NRDC’s Goldstein argues that place-based mortgages could reinvigorate both the construction and the home-loan industry.
“Sprawl-style development is virtually at a halt right now because there are too many houses on the market,” he said. “The only places that would support expanded housing development are in location-efficient areas. Changing these underwriting rules is the only tool we have right now to help the housing industry to recover. You would think that would get someone’s attention.”
Could it work?
Place-based mortgages have been tested out in several pilot programs, dating back to 1994. But they suffered from poor advertising and produced tiny samples — a program in Chicago attracted 41 buyers and one in Massachusetts involved 72. Of course, getting a mortgage wasn’t exactly difficult during the housing bubble.
“When [the pilots] were tried, there wasn’t a real need for them,” said Molinaro. “Until two years ago, you could pretty much write your own mortgage.”
The demonstration projects also failed to determine whether the incentives actually changed anyone’s behavior. If buyers were going to buy the same home anyway, the mortgages weren’t accomplishing anything. To be truly effective and help people buy into neighborhoods they might not otherwise be able to afford, location-efficient mortgages may need to offer not just lower qualifying standards but also lower interest rates — something the model hasn’t previously included.
“It’s not necessarily a great selling point to say that with a location-efficient mortgage you can have a larger debt,” said Molinaro.
Another issue: Increasing consumers’ borrowing power can drive up prices, raising questions about affordability and gentrification. Goldstein argues that location-efficient mortgages discourage gentrification by helping
renters in walkable neighborhoods become buyers. But if more people are competing for a limited stock of housing, that can mean rising prices.
“It would be a mistake to do this without an affordable housing strategy,” said housing journalist Alyssa Katz, author of Our Lot: How Real Estate Came to Own Us.
Advocates did learn one thing from the pilots: To be widely used, location-efficient mortgages had to be part of lenders’ standard offerings. If they remained a niche product, few buyers (and even lenders) would be aware of them.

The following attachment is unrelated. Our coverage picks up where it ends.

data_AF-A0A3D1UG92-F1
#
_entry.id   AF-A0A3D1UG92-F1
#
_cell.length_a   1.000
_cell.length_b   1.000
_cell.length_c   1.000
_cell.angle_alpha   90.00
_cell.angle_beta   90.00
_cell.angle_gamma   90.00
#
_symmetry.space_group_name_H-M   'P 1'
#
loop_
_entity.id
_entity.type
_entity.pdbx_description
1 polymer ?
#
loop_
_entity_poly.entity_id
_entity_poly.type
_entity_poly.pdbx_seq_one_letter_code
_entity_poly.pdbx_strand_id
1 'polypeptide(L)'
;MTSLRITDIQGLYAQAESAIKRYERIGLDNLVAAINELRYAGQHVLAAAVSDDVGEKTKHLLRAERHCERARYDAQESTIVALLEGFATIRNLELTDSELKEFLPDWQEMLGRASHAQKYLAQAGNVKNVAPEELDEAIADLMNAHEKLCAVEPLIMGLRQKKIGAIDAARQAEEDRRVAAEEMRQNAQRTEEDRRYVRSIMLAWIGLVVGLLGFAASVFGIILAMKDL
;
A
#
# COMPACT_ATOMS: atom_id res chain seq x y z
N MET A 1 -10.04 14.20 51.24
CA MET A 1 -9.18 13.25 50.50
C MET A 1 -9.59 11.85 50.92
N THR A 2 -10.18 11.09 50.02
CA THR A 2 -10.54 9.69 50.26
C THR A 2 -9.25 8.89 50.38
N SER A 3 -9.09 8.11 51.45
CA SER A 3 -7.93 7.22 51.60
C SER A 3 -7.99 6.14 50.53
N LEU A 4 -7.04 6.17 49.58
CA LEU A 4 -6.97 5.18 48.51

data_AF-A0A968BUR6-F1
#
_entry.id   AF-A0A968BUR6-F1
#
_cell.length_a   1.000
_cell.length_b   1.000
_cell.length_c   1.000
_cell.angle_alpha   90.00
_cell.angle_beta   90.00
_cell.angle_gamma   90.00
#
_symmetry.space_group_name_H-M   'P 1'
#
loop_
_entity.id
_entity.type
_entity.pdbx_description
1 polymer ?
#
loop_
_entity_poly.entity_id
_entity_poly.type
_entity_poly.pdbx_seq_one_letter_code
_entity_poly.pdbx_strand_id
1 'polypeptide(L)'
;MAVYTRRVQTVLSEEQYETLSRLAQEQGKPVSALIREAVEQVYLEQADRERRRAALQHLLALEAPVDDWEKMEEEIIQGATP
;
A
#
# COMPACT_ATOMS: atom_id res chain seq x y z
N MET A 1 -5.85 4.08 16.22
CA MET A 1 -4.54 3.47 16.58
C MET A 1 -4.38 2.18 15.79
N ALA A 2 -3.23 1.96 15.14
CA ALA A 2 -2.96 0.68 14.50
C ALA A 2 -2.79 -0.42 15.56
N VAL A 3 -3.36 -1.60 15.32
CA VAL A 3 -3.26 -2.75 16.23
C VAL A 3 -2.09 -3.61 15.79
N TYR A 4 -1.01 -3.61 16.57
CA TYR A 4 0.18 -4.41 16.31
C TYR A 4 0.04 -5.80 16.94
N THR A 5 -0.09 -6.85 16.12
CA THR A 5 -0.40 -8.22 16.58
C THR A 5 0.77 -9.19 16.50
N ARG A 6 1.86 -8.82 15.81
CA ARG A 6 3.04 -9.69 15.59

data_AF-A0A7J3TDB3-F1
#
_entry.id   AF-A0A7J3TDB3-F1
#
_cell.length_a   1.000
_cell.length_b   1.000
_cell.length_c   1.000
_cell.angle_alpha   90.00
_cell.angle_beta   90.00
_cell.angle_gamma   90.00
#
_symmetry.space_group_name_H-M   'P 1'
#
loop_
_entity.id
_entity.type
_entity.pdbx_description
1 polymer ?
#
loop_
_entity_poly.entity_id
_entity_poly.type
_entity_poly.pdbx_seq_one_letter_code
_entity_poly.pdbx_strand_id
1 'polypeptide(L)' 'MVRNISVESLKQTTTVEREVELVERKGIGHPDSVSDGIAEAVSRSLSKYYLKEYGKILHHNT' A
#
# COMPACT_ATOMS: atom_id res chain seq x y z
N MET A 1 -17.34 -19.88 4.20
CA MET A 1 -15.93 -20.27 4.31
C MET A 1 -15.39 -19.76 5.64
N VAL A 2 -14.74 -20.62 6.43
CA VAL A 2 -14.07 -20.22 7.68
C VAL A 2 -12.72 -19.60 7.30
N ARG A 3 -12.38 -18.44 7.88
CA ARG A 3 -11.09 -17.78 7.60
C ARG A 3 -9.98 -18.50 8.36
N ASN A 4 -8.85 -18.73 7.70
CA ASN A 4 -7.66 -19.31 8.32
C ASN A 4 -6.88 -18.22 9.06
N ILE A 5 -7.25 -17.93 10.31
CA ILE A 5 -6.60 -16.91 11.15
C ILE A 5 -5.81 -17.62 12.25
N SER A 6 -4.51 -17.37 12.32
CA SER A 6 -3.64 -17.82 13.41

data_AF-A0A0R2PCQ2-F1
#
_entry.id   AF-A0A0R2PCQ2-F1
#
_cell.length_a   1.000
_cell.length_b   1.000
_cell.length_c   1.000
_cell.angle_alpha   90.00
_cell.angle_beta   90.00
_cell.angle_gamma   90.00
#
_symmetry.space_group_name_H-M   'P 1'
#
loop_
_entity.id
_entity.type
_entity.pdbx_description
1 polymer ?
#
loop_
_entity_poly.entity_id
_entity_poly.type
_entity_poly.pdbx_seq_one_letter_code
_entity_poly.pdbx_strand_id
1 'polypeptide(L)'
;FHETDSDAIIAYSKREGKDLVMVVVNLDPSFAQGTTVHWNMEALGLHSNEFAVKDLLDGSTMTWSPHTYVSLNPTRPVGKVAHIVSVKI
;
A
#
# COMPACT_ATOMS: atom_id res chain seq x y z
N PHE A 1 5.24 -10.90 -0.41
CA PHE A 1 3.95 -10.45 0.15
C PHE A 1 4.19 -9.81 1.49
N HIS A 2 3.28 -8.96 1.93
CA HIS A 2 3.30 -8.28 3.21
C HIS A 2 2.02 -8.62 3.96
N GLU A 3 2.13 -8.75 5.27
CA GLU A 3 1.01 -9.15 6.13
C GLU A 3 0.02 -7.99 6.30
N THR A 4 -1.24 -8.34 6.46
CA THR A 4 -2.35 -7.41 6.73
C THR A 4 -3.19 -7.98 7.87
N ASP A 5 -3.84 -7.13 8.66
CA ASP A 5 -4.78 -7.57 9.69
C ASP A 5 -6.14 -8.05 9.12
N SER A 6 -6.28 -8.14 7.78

Making it happen
As the Obama administration looks to reform the troubled housing-finance industry, it could make location-efficient mortgages part of its overhaul.
On Aug. 17, the administration will hold a conference on fixing the housing-finance system, and by January it will put forth a proposal for reforming Fannie Mae and Freddie Mac, the government-sponsored companies that guarantee about half the mortgages in the U.S. The admin could require Fannie and Freddie to incorporate location efficiency into their lending criteria, a change that would ripple out to mortgage lenders across the country.
Housing and Urban Development Secretary Shaun Donovan is already sympathetic to Smart Growth, and his department now considers location efficiency as it makes some grants. “It’s time the federal government stopped encouraging sprawl,” Donovan told the Congress for the New Urbanism in Atlanta this spring.
But the president’s economic team may not be willing to promote any new ideas that could spook the skittish housing and mortgage markets. As Katz notes, when Donovan [PDF] and Treasury Secretary Timothy Geithner [PDF] submitted their objectives for federal housing policy in the spring, they affirmed traditional goals such as home ownership and affordability but made no mention of sustainability or efficiency.
“That tells me there’s a strong political constituency around just preserving the existing — and very important — functions of Fannie and Freddie in whatever comes next,” Katz said. “It’s going to be a real fight, potentially, to get anything new on the agenda.”
Risky new options have little chance of figuring in the overhaul. But location efficiency isn’t risky; it’s prudent. By giving a fuller picture of a household’s true costs, the model could protect buyers and lenders both.
In the meantime, more Americans are discovering that living in walkable neighborhoods can be more affordable than they assumed. We can hope that will continue with or without lending reforms.